An antique wheelchair
The Copper Rush

After spending quite some time in the Coppertown USA Mining Museum, we headed to Hancock for the Quincy Mine Tour. For a senior rate of $17 per person, you receive a guided tour of the hoist building, a cog railway ride overlooking Houghton, and a ride down into the copper mine.

In 1843, six years before the California Gold Rush, one of the nation's first mineral rushes occurred here. Prospectors came to the Keweenaw not for gold, but for copper. Established in 1848, Quincy Mining Company was an early mine in the Portage Lake area. The Civil War increased the demand of copper for munitions and allowed the Quincy Mining Company to grow. This mine became known as "Old Reliable" because of the dividends paid to its investors. Labor unrest and a strike in 1913 combined with open pit strip mining elsewhere started Quincy's slow decline. After nearly 100 years, mining operations ceased in 1945.

The tour takes you into the seventh level of the mine where you explore a 2,400' section. Here's what we saw on our tour...
No. 2 Shaft-Rock House
No. 2 Hoist House (left); Old No. 2 Hoist House (museum)
To transport men into the deepest levels of the mine, Quincy Mining Co. commissioned construction of the Nordberg Steam Hoist in 1918. This was the world's largest steam hoist. The hoist and its reinforced concrete building with brick veneer and Italian tiled walls, cost over $370,000 but was used for only 11 years.

Our guide in front of the Nordberg Steam Hoist
The man who ran the steam hoist had a prestigious job that paid well. Usually the job would pass down from grandfather, to father, to son. He would sit in a chair at the top of the spiral staircase and watch the circular dials. There is a red hand that shows exactly where the car is located. He would have to start slowing down the car well before it got to the floor where it was needed. Because people working in the mines came from many foreign countries, they couldn't yell to each other (language barrier, you know), so they used colored lights and whistles to communicate with each other.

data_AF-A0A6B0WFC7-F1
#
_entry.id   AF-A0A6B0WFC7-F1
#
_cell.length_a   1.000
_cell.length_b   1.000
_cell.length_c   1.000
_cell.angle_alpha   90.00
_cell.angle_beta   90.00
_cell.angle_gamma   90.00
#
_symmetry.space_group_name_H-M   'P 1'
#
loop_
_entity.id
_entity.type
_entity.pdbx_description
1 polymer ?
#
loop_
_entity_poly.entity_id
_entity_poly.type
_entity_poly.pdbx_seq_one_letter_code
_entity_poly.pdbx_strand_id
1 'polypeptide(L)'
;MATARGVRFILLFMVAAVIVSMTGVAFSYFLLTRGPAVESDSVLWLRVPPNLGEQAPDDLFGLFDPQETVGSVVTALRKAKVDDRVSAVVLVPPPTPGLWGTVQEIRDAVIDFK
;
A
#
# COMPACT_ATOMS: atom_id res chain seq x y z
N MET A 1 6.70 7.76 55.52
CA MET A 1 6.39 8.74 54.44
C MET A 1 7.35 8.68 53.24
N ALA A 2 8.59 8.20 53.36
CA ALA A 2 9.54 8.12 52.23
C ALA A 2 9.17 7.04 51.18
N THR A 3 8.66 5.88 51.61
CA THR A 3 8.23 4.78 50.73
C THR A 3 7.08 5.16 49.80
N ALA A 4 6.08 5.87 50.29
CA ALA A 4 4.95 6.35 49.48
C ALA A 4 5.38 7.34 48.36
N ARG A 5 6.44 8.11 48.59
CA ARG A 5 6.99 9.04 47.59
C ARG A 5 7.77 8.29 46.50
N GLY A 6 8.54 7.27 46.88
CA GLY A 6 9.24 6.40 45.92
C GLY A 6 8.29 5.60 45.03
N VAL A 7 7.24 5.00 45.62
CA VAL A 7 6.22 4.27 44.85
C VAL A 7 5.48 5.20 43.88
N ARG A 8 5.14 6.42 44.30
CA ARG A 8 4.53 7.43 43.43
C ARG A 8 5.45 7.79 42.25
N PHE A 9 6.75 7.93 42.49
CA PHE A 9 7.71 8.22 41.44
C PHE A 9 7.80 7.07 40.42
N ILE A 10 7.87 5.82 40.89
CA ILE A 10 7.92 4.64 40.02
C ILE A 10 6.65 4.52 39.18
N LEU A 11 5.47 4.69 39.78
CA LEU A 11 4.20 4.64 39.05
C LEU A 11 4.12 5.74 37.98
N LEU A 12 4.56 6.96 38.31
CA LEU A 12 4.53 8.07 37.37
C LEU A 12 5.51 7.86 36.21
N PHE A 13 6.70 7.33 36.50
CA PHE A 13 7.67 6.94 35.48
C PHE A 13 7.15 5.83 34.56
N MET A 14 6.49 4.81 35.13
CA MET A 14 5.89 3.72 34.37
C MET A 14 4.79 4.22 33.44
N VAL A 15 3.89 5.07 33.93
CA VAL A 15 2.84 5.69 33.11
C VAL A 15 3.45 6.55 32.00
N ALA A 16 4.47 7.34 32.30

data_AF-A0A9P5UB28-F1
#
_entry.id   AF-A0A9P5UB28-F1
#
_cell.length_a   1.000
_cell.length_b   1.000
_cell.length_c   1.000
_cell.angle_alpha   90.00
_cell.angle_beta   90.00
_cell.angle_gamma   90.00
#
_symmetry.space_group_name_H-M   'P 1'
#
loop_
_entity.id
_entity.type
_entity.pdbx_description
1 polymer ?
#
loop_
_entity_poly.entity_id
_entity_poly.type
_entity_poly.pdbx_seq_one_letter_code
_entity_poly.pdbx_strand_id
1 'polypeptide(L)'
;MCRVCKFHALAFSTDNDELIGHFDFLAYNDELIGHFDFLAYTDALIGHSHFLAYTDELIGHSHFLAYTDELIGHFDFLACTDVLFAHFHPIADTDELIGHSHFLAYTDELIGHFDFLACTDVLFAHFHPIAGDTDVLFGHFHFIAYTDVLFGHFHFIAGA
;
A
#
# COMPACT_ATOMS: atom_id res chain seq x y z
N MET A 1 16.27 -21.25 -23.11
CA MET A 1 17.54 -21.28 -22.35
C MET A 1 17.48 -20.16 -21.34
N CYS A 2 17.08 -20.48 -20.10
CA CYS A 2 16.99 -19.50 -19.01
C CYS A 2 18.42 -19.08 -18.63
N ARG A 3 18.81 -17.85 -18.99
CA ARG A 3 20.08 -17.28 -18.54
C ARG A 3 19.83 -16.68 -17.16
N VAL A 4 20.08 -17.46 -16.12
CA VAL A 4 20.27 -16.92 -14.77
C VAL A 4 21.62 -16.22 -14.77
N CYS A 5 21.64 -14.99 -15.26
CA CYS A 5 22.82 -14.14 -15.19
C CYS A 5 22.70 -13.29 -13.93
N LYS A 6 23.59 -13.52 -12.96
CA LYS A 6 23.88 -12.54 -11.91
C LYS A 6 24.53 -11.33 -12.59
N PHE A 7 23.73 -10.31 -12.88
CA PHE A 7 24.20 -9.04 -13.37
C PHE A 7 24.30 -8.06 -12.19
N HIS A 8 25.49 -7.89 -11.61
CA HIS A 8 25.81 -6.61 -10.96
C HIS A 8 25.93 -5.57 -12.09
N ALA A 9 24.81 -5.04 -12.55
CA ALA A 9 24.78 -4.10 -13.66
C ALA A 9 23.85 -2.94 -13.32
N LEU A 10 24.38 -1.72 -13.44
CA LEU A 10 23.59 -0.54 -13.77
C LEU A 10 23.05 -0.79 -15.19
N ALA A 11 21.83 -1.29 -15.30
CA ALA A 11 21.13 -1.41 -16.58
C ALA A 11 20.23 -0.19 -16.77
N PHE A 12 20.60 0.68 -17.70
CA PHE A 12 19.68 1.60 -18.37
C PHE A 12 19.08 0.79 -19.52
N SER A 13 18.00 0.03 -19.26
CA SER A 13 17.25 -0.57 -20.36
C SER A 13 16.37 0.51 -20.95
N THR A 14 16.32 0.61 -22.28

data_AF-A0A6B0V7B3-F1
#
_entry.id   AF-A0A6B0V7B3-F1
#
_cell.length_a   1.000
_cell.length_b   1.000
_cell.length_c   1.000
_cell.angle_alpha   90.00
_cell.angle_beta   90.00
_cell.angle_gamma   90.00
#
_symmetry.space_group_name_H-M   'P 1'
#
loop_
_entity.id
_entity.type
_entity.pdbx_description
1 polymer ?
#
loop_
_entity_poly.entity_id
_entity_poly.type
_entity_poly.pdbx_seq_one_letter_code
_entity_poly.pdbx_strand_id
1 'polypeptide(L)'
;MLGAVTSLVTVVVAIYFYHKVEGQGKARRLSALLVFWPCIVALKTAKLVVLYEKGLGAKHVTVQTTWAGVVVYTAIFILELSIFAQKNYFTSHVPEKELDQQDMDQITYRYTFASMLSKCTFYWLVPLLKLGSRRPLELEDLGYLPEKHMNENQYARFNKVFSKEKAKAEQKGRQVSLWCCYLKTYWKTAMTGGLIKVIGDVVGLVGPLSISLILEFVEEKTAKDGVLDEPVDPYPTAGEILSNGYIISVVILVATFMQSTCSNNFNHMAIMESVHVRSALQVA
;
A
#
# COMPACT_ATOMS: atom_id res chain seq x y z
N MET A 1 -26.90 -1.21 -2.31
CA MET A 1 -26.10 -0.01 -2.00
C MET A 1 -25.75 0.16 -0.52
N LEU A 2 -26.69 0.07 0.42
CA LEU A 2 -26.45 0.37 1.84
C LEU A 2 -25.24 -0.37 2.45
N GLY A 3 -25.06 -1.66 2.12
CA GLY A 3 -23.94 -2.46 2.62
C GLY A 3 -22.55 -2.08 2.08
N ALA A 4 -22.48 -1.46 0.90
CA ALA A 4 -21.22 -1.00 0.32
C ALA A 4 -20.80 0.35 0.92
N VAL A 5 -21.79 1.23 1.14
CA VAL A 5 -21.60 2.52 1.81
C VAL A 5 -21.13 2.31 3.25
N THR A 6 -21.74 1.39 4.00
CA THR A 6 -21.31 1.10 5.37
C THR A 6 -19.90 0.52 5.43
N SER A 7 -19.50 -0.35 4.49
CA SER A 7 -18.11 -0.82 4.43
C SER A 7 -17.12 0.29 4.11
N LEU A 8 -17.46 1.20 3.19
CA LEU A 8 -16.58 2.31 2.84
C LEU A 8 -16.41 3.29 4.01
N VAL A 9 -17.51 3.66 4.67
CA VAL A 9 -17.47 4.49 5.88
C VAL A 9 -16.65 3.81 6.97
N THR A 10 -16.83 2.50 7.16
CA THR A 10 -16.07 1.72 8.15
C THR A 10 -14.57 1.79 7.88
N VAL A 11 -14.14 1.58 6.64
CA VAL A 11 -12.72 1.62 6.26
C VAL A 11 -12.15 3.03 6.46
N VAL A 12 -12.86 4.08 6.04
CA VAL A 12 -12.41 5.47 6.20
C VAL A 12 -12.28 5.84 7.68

Staircase to hoist operator's chair
Bob ready to head into the mine
Look at how massive that piece of copper is below.

Mass copper (see photo below for valuation)

Old mine cars
Only cog rail tram in the Midwest (and we get to ride it)
View of Houghton and liftbridge from the cog tram
Entrance (adit) to mine's seventh level
How we rode into the mine, pulled by a John Deere tractor
Mass copper worth $2,496.00 (as of 9/30/14)
Tram car for moving rock
"Nothing runs like a Deere"
Cog tram car for moving people (like me)
We finished our tour back where we started at the Old No. 2 Hoist House (museum). Just a hint: If you go on this tour, wear really warm clothes. I had my heaviest coat on and I was freezing. Temperature in the mine is 43 degrees, but the area where we stood for most of the time in the tunnel was in a drafty, windy area that made it seem much colder. Plus the mine below the seventh level has completely filled with water so it's a damp cold!

For dinner we had pizza from Pizza Works in downtown Houghton. We ordered by phone, Bob picked it up, and then we devoured it in the 5th wheel. Great pizza!!

The park attached to the City of Houghton RV Park has a play area based on the children's game "Chutes and Ladders." It looks like a lot of fun!

Chutes and Ladders play area.

 That's all I've got. Travel Bug out.



3 comments:

  1. Wow...what a great tour! I am not too keen on that electric healing machine whatis... No thank you! I think we did that tour when I was a kid, so long ago, dont remeber many of the details... Glad you are habing such a good time.

    ReplyDelete
  2. good tip on the Quincy Mine tour, it is on my list already so good to know I better bring gloves and a good coat.

    ReplyDelete